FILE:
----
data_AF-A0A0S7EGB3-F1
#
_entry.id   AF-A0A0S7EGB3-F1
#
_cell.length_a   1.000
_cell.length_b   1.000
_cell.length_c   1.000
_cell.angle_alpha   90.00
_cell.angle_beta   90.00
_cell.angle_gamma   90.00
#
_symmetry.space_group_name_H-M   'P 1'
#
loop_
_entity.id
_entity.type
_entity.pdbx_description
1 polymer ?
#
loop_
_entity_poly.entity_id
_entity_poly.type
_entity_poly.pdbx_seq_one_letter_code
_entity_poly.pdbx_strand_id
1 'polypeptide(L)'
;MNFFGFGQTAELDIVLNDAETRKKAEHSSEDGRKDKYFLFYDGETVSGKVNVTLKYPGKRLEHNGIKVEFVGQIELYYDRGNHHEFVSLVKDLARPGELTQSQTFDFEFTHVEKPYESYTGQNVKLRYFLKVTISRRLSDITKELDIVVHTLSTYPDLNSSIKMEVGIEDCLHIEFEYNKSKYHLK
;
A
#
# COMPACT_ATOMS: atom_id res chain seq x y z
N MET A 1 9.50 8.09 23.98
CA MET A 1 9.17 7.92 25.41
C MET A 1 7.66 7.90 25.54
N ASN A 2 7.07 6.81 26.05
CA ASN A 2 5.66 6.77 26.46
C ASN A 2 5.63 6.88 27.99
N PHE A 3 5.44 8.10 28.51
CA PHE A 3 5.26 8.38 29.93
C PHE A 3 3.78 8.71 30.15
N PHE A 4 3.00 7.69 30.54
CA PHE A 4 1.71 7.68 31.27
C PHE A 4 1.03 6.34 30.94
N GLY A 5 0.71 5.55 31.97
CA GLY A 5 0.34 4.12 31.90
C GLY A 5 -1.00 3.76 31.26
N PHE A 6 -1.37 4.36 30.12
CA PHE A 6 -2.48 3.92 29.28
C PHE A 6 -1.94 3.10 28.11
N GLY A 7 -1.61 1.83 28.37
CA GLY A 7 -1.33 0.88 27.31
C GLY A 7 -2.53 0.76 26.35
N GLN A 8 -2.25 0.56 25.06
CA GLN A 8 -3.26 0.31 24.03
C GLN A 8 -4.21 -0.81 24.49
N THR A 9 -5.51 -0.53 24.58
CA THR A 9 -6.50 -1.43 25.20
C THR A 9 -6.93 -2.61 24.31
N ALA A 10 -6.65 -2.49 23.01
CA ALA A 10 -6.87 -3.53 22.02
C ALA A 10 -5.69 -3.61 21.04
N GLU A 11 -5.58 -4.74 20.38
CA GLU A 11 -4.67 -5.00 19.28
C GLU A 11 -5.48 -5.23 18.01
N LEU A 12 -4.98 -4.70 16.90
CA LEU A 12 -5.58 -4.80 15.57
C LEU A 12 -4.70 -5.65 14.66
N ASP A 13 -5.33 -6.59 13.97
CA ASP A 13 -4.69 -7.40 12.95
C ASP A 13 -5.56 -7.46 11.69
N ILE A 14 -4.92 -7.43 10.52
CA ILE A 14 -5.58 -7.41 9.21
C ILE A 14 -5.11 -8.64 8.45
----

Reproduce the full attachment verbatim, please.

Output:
data_AF-A0A0S7EGB3-F1
#
_entry.id   AF-A0A0S7EGB3-F1
#
_cell.length_a   1.000
_cell.length_b   1.000
_cell.length_c   1.000
_cell.angle_alpha   90.00
_cell.angle_beta   90.00
_cell.angle_gamma   90.00
#
_symmetry.space_group_name_H-M   'P 1'
#
loop_
_entity.id
_entity.type
_entity.pdbx_description
1 polymer ?
#
loop_
_entity_poly.entity_id
_entity_poly.type
_entity_poly.pdbx_seq_one_letter_code
_entity_poly.pdbx_strand_id
1 'polypeptide(L)'
;MNFFGFGQTAELDIVLNDAETRKKAEHSSEDGRKDKYFLFYDGETVSGKVNVTLKYPGKRLEHNGIKVEFVGQIELYYDRGNHHEFVSLVKDLARPGELTQSQTFDFEFTHVEKPYESYTGQNVKLRYFLKVTISRRLSDITKELDIVVHTLSTYPDLNSSIKMEVGIEDCLHIEFEYNKSKYHLK
;
A
#
# COMPACT_ATOMS: atom_id res chain seq x y z
N MET A 1 9.50 8.09 23.98
CA MET A 1 9.17 7.92 25.41
C MET A 1 7.66 7.90 25.54
N ASN A 2 7.07 6.81 26.05
CA ASN A 2 5.66 6.77 26.46
C ASN A 2 5.63 6.88 27.99
N PHE A 3 5.44 8.10 28.51
CA PHE A 3 5.26 8.38 29.93
C PHE A 3 3.78 8.71 30.15
N PHE A 4 3.00 7.69 30.54
CA PHE A 4 1.71 7.68 31.27
C PHE A 4 1.03 6.34 30.94
N GLY A 5 0.71 5.55 31.97
CA GLY A 5 0.34 4.12 31.90
C GLY A 5 -1.00 3.76 31.26
N PHE A 6 -1.37 4.36 30.12
CA PHE A 6 -2.48 3.92 29.28
C PHE A 6 -1.94 3.10 28.11
N GLY A 7 -1.61 1.83 28.37
CA GLY A 7 -1.33 0.88 27.31
C GLY A 7 -2.53 0.76 26.35
N GLN A 8 -2.25 0.56 25.06
CA GLN A 8 -3.26 0.31 24.03
C GLN A 8 -4.21 -0.81 24.49
N THR A 9 -5.51 -0.53 24.58
CA THR A 9 -6.50 -1.43 25.20
C THR A 9 -6.93 -2.61 24.31
N ALA A 10 -6.65 -2.49 23.01
CA ALA A 10 -6.87 -3.53 22.02
C ALA A 10 -5.69 -3.61 21.04
N GLU A 11 -5.58 -4.74 20.38
CA GLU A 11 -4.67 -5.00 19.28
C GLU A 11 -5.48 -5.23 18.01
N LEU A 12 -4.98 -4.70 16.90
CA LEU A 12 -5.58 -4.80 15.57
C LEU A 12 -4.70 -5.65 14.66
N ASP A 13 -5.33 -6.59 13.97
CA ASP A 13 -4.69 -7.40 12.95
C ASP A 13 -5.56 -7.46 11.69
N ILE A 14 -4.92 -7.43 10.52
CA ILE A 14 -5.58 -7.41 9.21
C ILE A 14 -5.11 -8.64 8.45